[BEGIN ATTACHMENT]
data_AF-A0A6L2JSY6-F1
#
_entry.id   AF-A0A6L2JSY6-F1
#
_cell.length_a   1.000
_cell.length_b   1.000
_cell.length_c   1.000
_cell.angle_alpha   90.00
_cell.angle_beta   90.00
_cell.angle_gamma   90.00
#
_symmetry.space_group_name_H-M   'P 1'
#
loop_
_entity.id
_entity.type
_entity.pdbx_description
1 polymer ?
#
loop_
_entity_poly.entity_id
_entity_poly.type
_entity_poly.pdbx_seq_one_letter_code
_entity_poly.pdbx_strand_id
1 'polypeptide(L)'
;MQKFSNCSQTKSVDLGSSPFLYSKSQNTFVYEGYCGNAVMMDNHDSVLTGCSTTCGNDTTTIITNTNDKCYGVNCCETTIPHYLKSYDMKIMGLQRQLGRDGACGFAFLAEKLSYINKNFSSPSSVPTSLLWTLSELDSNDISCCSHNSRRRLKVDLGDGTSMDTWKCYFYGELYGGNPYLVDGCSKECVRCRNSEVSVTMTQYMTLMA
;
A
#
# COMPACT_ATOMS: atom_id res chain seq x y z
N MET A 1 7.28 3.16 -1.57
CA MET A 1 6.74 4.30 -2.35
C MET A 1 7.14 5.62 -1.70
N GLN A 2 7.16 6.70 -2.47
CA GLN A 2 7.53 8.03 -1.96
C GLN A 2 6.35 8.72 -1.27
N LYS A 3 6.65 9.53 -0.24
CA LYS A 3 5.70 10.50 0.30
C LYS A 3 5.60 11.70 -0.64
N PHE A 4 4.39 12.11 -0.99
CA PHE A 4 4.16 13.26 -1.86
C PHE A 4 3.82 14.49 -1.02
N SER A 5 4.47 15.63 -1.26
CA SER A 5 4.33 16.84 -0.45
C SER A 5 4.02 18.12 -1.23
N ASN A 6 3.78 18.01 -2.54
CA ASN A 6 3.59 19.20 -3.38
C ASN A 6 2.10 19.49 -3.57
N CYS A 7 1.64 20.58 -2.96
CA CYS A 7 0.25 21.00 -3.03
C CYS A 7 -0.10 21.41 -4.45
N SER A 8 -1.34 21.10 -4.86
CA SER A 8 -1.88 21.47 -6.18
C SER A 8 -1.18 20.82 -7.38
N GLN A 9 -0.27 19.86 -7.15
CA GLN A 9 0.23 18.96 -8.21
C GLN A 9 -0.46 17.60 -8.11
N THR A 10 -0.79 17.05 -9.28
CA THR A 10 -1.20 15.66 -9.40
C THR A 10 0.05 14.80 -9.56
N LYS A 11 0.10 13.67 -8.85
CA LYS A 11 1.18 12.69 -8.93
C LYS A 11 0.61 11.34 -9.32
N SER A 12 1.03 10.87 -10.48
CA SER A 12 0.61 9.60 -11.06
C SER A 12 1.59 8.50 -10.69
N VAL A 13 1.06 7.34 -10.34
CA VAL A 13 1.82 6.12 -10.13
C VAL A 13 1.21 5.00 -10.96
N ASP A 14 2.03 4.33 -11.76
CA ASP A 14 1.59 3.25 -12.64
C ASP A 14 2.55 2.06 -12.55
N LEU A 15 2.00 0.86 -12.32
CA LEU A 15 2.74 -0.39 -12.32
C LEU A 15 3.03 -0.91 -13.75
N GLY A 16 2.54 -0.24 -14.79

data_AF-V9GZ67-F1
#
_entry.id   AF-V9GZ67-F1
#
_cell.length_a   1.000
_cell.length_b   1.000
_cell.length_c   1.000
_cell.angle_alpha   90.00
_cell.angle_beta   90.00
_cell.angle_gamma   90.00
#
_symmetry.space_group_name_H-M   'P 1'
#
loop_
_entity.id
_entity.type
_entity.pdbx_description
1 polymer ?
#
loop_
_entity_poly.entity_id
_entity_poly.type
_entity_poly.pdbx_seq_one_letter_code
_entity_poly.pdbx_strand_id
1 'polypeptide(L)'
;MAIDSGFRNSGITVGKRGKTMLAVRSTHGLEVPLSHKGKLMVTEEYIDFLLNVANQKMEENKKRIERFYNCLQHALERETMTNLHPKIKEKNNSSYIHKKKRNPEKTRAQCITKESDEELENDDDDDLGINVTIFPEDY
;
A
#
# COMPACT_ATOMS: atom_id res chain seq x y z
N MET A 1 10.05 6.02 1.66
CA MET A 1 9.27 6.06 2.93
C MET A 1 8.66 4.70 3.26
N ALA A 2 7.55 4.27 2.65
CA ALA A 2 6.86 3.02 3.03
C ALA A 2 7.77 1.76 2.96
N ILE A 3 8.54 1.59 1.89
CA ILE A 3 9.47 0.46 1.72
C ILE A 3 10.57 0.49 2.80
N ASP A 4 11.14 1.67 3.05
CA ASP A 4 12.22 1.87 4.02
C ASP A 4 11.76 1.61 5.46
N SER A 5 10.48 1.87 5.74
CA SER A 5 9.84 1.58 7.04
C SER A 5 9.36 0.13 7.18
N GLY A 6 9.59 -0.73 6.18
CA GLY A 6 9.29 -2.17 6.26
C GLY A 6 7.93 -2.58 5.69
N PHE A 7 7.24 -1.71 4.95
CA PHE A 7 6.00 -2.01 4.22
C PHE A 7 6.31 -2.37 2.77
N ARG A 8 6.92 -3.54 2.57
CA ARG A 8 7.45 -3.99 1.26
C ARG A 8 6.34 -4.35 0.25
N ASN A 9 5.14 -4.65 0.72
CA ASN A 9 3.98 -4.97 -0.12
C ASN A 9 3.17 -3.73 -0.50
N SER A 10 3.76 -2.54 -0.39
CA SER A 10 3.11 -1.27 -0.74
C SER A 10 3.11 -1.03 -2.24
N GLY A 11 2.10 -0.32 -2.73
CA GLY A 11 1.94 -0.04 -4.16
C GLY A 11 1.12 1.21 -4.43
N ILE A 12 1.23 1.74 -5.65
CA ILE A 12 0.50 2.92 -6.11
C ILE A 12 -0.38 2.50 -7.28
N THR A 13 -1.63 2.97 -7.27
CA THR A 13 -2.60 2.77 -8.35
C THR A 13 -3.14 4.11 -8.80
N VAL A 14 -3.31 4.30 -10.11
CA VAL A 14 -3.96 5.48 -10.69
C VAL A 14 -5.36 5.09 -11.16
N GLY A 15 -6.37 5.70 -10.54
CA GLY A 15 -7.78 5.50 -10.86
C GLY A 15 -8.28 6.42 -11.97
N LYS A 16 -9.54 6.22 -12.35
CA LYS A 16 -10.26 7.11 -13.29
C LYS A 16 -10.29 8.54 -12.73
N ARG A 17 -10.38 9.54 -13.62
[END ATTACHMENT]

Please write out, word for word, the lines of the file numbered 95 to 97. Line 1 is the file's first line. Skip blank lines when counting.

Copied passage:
#
loop_
_entity_poly.entity_id